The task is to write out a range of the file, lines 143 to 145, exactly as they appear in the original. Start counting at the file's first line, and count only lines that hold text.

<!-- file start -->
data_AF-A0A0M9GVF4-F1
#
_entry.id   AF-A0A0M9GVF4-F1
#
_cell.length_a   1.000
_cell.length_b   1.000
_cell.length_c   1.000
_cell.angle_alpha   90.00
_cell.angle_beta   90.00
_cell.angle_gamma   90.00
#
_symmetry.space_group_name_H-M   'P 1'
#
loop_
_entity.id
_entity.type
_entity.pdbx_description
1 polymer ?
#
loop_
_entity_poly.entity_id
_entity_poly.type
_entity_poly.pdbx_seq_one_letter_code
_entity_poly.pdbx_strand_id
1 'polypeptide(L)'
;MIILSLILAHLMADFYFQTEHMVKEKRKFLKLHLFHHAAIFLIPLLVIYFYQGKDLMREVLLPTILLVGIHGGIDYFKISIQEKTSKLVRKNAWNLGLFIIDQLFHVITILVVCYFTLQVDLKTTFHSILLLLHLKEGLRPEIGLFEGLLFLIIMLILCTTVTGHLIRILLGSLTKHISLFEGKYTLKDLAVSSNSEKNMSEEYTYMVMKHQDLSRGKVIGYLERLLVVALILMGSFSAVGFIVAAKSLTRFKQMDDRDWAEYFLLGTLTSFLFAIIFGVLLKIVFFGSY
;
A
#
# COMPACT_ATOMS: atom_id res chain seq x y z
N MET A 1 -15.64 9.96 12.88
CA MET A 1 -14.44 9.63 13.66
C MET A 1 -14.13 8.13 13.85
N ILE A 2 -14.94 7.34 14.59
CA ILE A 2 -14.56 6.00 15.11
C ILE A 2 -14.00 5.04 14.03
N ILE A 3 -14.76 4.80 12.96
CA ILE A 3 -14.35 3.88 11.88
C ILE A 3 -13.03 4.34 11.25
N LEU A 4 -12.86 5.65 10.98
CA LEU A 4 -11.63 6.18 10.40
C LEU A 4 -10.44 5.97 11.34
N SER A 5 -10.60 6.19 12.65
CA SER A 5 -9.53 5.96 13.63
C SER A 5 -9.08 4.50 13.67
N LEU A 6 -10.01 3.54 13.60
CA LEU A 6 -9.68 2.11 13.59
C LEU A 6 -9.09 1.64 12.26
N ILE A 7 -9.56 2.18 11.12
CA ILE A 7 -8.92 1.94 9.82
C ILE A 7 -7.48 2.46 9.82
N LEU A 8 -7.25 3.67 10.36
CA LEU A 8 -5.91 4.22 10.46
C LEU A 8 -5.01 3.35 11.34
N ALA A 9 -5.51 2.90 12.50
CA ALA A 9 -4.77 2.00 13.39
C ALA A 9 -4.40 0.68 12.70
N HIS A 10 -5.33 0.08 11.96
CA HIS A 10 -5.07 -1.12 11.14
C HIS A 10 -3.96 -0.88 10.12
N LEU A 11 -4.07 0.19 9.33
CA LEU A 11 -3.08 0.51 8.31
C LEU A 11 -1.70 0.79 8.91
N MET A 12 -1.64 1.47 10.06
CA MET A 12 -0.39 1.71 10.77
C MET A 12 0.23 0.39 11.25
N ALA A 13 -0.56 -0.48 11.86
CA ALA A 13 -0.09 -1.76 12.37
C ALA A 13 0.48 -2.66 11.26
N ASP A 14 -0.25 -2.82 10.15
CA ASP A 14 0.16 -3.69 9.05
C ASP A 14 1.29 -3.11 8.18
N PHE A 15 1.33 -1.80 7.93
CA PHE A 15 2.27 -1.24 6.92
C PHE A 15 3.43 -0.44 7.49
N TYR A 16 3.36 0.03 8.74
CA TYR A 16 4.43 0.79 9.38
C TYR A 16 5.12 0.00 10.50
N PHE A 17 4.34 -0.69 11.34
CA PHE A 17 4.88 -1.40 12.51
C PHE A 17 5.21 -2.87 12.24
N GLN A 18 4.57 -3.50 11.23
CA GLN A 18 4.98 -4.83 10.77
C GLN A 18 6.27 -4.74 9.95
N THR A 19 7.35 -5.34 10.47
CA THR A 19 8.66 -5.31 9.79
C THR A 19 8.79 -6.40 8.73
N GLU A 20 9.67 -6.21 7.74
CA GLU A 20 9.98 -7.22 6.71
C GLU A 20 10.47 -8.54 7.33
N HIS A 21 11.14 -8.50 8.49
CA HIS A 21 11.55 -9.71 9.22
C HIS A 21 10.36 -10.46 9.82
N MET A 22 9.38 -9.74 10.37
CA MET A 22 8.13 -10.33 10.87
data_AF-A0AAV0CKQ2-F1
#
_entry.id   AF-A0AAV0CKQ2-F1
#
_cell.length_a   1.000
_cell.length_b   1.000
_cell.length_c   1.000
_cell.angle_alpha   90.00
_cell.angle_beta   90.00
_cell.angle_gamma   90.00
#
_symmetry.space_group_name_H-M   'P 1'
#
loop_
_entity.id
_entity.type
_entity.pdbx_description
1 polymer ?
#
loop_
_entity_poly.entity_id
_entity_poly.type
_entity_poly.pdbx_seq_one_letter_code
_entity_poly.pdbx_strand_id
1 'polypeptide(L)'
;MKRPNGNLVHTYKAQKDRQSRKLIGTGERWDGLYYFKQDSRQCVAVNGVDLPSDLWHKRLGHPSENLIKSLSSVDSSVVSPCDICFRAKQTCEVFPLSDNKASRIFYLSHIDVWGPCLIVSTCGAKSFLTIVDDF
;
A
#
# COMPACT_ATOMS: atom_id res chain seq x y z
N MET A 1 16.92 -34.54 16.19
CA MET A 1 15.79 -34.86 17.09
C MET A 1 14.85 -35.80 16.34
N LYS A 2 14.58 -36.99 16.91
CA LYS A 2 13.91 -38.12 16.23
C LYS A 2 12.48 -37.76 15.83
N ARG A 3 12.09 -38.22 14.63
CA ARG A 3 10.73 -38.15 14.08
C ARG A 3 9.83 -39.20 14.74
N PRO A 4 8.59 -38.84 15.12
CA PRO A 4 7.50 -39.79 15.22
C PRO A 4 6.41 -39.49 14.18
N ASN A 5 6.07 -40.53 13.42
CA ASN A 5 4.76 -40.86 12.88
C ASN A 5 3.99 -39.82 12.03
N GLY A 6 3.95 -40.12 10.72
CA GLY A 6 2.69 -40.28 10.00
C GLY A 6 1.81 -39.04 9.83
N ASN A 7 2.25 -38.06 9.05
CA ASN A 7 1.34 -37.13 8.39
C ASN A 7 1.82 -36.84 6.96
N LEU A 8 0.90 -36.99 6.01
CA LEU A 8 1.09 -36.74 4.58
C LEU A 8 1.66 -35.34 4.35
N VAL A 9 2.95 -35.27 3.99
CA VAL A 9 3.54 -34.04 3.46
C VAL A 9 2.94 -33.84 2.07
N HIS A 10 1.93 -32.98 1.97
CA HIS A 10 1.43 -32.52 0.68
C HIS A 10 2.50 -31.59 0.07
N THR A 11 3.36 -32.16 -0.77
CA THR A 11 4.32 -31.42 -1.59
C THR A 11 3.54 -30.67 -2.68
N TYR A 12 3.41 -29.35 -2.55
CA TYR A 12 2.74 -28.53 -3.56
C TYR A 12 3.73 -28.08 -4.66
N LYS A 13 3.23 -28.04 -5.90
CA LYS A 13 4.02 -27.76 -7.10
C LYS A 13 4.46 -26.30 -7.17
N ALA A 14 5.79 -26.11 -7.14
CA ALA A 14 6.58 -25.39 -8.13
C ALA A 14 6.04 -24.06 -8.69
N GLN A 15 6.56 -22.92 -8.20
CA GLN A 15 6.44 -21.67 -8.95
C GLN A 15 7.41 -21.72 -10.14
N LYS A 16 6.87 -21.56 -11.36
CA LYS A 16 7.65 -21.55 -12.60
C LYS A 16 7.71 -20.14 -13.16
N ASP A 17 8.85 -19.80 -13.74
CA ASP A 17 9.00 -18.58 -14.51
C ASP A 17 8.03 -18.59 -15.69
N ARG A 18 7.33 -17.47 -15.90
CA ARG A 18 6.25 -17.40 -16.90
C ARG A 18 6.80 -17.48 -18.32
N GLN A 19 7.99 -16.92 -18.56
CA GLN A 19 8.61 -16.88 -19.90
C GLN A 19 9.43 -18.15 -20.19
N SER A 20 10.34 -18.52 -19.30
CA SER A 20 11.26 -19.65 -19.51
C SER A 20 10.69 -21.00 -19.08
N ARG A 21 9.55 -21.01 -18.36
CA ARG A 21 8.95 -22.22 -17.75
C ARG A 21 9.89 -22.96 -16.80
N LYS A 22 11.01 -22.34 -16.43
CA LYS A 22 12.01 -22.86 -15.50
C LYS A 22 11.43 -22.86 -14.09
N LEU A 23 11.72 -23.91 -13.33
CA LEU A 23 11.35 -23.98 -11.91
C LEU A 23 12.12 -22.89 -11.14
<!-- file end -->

C GLY A 6 1.81 -39.04 9.83
N ASN A 7 2.25 -38.06 9.05
CA ASN A 7 1.34 -37.13 8.39